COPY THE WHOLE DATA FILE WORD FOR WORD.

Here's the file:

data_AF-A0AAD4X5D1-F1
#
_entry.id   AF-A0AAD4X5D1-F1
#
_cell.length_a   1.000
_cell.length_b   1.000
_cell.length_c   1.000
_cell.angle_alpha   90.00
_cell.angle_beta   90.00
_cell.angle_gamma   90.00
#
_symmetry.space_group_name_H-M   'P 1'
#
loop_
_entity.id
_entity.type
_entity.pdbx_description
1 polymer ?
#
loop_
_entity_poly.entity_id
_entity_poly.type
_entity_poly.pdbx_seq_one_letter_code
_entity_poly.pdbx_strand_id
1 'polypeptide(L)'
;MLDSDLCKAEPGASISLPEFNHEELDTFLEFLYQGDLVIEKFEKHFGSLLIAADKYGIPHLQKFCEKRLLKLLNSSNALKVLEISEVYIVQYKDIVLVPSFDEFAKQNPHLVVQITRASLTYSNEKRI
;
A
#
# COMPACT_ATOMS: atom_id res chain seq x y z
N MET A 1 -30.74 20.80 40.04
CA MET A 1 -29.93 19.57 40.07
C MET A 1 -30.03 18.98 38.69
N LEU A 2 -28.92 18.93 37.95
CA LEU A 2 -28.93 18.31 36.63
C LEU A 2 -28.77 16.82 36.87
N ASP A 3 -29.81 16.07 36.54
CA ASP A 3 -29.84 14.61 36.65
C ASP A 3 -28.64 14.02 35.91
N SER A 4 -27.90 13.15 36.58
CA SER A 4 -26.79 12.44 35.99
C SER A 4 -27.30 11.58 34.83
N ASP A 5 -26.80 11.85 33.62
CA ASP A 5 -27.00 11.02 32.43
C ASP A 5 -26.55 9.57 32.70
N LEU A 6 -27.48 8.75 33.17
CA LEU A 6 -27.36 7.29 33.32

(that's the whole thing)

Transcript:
data_AF-A0AAD4X5D1-F1
#
_entry.id   AF-A0AAD4X5D1-F1
#
_cell.length_a   1.000
_cell.length_b   1.000
_cell.length_c   1.000
_cell.angle_alpha   90.00
_cell.angle_beta   90.00
_cell.angle_gamma   90.00
#
_symmetry.space_group_name_H-M   'P 1'
#
loop_
_entity.id
_entity.type
_entity.pdbx_description
1 polymer ?
#
loop_
_entity_poly.entity_id
_entity_poly.type
_entity_poly.pdbx_seq_one_letter_code
_entity_poly.pdbx_strand_id
1 'polypeptide(L)'
;MLDSDLCKAEPGASISLPEFNHEELDTFLEFLYQGDLVIEKFEKHFGSLLIAADKYGIPHLQKFCEKRLLKLLNSSNALKVLEISEVYIVQYKDIVLVPSFDEFAKQNPHLVVQITRASLTYSNEKRI
;
A
#
# COMPACT_ATOMS: atom_id res chain seq x y z
N MET A 1 -30.74 20.80 40.04
CA MET A 1 -29.93 19.57 40.07
C MET A 1 -30.03 18.98 38.69
N LEU A 2 -28.92 18.93 37.95
CA LEU A 2 -28.93 18.31 36.63
C LEU A 2 -28.77 16.82 36.87
N ASP A 3 -29.81 16.07 36.54
CA ASP A 3 -29.84 14.61 36.65
C ASP A 3 -28.64 14.02 35.91
N SER A 4 -27.90 13.15 36.58
CA SER A 4 -26.79 12.44 35.99
C SER A 4 -27.30 11.58 34.83
N ASP A 5 -26.80 11.85 33.62
CA ASP A 5 -27.00 11.02 32.43
C ASP A 5 -26.55 9.57 32.70
N LEU A 6 -27.48 8.75 33.17
CA LEU A 6 -27.36 7.29 33.32